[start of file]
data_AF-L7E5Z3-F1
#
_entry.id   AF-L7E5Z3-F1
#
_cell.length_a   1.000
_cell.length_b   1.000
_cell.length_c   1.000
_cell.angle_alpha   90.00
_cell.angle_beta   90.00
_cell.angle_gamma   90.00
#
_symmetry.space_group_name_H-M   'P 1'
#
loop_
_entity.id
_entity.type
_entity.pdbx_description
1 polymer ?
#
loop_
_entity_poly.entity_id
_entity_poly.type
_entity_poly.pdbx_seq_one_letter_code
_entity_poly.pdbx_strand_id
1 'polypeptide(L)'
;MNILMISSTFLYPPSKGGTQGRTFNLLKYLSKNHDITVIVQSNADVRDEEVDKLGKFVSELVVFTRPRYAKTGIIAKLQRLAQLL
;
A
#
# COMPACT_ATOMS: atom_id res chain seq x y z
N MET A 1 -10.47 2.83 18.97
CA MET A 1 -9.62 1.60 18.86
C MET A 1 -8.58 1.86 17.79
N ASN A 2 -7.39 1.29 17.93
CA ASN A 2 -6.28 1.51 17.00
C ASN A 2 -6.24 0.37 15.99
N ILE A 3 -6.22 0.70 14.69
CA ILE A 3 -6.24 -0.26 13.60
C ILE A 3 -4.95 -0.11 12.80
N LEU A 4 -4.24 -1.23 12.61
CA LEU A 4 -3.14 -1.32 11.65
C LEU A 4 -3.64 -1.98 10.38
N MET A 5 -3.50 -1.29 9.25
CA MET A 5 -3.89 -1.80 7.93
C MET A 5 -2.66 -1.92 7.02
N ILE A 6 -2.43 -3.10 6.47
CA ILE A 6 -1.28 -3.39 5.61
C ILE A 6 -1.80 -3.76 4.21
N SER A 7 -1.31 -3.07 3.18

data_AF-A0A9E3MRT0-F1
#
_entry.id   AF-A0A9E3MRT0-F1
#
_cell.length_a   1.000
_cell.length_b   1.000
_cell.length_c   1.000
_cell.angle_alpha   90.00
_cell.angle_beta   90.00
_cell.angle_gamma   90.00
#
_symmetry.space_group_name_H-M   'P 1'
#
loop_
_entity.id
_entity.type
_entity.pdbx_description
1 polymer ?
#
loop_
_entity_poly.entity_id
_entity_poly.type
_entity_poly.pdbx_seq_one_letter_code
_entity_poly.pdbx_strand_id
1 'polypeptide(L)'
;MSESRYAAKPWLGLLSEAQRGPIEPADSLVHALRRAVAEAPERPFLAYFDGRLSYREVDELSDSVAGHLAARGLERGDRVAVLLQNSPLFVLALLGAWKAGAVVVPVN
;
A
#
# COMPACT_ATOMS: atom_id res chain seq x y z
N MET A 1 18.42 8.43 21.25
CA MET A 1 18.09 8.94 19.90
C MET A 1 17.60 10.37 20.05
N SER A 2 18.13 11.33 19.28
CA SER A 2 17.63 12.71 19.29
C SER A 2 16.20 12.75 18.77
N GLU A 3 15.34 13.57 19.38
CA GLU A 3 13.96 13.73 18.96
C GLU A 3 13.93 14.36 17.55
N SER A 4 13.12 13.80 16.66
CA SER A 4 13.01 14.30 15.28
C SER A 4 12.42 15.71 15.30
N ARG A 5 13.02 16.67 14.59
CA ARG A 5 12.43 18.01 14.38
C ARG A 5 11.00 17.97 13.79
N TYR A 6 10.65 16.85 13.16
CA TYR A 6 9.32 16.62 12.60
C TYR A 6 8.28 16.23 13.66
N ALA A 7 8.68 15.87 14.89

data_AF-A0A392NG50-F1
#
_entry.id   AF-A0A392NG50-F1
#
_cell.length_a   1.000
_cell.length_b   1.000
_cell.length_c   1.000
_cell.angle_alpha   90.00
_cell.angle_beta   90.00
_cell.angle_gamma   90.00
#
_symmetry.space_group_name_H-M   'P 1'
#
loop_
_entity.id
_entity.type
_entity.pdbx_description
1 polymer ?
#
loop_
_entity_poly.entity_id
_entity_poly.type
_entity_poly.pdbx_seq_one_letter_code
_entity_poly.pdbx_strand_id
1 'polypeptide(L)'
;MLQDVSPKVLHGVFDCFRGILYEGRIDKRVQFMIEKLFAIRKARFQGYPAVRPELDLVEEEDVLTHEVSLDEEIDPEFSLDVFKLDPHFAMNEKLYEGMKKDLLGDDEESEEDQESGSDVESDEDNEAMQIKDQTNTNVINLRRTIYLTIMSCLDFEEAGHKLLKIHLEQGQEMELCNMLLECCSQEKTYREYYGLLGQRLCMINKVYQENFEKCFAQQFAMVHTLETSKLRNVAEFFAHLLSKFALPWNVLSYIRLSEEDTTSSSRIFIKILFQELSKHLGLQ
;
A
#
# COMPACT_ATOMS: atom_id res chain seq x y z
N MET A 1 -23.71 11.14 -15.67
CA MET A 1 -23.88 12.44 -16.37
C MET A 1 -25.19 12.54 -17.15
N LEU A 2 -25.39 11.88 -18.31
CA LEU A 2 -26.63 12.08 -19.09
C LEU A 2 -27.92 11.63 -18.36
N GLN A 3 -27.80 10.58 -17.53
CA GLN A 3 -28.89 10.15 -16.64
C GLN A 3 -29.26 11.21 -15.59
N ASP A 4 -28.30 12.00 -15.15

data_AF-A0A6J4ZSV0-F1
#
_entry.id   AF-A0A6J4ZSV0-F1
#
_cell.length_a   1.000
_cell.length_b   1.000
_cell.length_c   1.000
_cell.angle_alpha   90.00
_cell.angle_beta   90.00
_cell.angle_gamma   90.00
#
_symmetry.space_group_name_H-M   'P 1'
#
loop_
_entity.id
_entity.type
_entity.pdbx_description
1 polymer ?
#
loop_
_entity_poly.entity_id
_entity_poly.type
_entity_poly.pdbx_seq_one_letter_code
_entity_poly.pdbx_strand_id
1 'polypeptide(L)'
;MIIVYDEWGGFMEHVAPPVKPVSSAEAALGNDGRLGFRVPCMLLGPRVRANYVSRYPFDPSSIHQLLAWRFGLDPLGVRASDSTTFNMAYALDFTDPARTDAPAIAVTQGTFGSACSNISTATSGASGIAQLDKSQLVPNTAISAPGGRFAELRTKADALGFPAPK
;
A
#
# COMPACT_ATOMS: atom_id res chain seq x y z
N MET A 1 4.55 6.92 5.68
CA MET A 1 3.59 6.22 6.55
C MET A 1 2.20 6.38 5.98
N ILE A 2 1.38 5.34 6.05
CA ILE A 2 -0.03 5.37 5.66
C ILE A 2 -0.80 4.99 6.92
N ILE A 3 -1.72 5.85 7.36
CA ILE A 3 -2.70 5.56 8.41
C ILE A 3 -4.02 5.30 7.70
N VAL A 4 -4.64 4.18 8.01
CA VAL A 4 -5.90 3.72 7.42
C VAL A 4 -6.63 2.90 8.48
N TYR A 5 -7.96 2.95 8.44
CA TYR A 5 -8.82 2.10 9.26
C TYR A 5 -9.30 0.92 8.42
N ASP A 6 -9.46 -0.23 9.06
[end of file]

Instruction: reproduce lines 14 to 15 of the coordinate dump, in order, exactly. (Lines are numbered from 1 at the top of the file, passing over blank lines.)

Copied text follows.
loop_
_entity.id